Being vulnerable is no easy task. Sharing our pain and fears and struggles can make us feel exposed, weak, and susceptible to others’ criticisms. Add in our own personal stigmas against things like therapy and vulnerability, and getting honest ends up being one heck of a challenge. Today, we have the honor and pleasure of talking to singer-songwriter Andy Grammer about his experience with all of the above. Andy talks about the grief of losing his mother in 2009, but how caring for his own mental health didn’t enter his reality in a big way until 2020 due to the pandemic. As a pretty lively and energetic person who sings a lot of uplifting and catchy tunes on stage, Andy also shares how he has and is using music to make room for the heavier things in life, too.
Multi-platinum artist Andy Grammer continues to engage, energize, and empower audiences with stomping stadium-size pop anthems meant to be shared at full volume. His observations and affirmations pick people back up when they need it, affirm their potential, and encourage them to keep going. His catalog consists of numerous bona fide hits, including the quadruple-platinum single “Honey, I’m Good;” the platinum singles “Keep Your Head Up,” “Fine By Me,” “Don’t Give Up On Me,” “Fresh Eyes,” and “Good To Be Alive (Hallelujah);” the gold single “I Found You;” and the gold albums Andy Grammer (2011) and Magazines Or Novels (2014). He has generated billions of streams and lent his music to films such as Five Feet Apart.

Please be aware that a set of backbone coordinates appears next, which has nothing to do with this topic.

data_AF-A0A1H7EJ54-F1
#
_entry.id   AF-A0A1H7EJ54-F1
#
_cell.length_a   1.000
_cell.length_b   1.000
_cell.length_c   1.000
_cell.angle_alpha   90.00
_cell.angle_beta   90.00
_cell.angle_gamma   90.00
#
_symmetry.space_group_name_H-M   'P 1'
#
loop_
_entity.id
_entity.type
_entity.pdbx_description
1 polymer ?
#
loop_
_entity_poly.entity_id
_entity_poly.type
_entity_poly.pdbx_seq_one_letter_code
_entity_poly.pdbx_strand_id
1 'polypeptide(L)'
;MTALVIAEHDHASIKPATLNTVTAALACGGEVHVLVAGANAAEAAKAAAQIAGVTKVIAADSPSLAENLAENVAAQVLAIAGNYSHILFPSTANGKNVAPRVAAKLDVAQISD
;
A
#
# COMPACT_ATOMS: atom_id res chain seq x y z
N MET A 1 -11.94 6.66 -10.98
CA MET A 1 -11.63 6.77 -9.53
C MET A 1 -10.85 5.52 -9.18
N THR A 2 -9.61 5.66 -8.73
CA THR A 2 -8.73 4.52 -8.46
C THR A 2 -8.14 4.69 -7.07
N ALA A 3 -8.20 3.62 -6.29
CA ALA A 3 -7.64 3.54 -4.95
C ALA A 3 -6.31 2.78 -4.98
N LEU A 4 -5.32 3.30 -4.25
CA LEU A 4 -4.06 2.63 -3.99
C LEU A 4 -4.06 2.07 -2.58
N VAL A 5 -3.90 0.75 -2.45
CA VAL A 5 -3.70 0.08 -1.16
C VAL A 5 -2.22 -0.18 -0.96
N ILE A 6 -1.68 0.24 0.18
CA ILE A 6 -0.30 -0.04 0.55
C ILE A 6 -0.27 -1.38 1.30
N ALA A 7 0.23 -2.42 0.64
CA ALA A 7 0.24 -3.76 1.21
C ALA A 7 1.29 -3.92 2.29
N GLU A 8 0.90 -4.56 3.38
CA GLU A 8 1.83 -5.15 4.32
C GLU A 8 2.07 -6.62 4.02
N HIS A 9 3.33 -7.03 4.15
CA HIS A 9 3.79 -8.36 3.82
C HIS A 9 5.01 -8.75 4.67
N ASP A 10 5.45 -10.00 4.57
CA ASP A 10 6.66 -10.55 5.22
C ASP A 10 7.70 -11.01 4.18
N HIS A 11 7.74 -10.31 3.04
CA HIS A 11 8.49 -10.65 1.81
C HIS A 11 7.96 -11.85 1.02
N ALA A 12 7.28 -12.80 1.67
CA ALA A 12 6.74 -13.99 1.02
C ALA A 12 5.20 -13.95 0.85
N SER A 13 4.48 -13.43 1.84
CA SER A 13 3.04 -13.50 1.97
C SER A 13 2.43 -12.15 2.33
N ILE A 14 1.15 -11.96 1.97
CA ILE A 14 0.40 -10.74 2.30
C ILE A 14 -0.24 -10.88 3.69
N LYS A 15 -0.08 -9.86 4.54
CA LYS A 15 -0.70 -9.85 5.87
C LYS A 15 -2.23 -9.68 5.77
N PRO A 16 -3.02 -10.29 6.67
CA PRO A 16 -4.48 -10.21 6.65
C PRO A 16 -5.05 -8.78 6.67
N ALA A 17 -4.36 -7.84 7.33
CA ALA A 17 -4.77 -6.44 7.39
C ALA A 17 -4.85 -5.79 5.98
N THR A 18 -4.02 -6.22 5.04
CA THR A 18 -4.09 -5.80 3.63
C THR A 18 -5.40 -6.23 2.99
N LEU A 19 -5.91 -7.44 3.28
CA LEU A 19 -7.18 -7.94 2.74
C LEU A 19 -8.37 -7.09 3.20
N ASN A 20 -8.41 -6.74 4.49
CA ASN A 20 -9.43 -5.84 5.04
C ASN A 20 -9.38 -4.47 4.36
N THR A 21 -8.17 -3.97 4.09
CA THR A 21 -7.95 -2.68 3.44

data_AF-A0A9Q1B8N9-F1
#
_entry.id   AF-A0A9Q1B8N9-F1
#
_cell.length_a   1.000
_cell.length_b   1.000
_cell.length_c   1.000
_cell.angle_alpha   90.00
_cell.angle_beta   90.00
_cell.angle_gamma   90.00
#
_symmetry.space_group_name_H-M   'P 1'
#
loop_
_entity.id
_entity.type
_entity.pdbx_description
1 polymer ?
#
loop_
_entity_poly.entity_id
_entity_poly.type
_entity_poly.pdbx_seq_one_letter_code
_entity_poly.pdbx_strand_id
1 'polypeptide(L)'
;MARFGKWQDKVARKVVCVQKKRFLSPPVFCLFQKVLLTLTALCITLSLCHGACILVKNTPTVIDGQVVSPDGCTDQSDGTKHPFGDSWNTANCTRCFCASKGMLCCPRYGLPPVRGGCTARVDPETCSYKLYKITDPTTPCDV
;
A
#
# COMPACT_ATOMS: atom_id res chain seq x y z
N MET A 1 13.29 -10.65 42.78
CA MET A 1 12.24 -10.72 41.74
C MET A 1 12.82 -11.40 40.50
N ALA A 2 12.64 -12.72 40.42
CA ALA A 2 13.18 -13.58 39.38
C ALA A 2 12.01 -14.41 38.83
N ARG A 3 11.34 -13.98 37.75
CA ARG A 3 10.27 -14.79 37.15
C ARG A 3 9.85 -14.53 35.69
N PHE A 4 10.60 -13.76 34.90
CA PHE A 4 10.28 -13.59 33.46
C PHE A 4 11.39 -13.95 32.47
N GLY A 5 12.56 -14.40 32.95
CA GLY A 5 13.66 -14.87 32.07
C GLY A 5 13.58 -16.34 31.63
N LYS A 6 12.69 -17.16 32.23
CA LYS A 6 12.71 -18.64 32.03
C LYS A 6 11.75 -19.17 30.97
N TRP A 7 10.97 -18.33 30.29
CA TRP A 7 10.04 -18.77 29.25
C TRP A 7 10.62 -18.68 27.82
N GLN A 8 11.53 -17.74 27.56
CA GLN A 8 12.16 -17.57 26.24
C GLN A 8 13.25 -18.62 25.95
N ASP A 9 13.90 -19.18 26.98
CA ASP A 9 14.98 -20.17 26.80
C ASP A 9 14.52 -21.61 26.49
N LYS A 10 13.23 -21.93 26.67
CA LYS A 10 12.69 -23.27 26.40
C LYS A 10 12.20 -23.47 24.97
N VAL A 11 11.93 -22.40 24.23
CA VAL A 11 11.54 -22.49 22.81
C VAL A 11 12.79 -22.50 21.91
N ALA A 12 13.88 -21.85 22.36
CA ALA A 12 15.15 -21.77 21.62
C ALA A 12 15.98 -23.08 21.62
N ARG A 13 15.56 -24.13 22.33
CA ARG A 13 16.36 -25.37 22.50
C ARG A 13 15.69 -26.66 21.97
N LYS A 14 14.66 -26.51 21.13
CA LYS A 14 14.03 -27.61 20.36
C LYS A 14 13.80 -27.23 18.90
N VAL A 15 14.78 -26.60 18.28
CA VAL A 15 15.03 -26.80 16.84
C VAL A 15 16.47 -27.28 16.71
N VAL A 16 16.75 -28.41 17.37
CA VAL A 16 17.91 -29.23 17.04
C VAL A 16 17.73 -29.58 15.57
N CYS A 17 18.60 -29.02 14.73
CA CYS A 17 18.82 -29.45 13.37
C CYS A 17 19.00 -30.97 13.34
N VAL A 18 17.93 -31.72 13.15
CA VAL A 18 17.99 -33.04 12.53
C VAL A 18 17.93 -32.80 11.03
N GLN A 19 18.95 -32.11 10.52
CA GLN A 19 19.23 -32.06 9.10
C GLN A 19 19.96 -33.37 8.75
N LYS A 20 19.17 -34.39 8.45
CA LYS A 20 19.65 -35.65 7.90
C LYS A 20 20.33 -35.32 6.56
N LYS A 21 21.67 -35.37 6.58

“There was a sense of like, ‘Oh, if I get into therapy, if I talk to someone about this, I'm kind of giving in to something or I'm admitting that I'm not whole’—or you know, some bullshit that is just obnoxious.”
This episode of the TWLOHA podcast was hosted by Chad Moses and produced by Rebecca Ebert. Music assistance was provided by James Likeness and Ben Tichenor.
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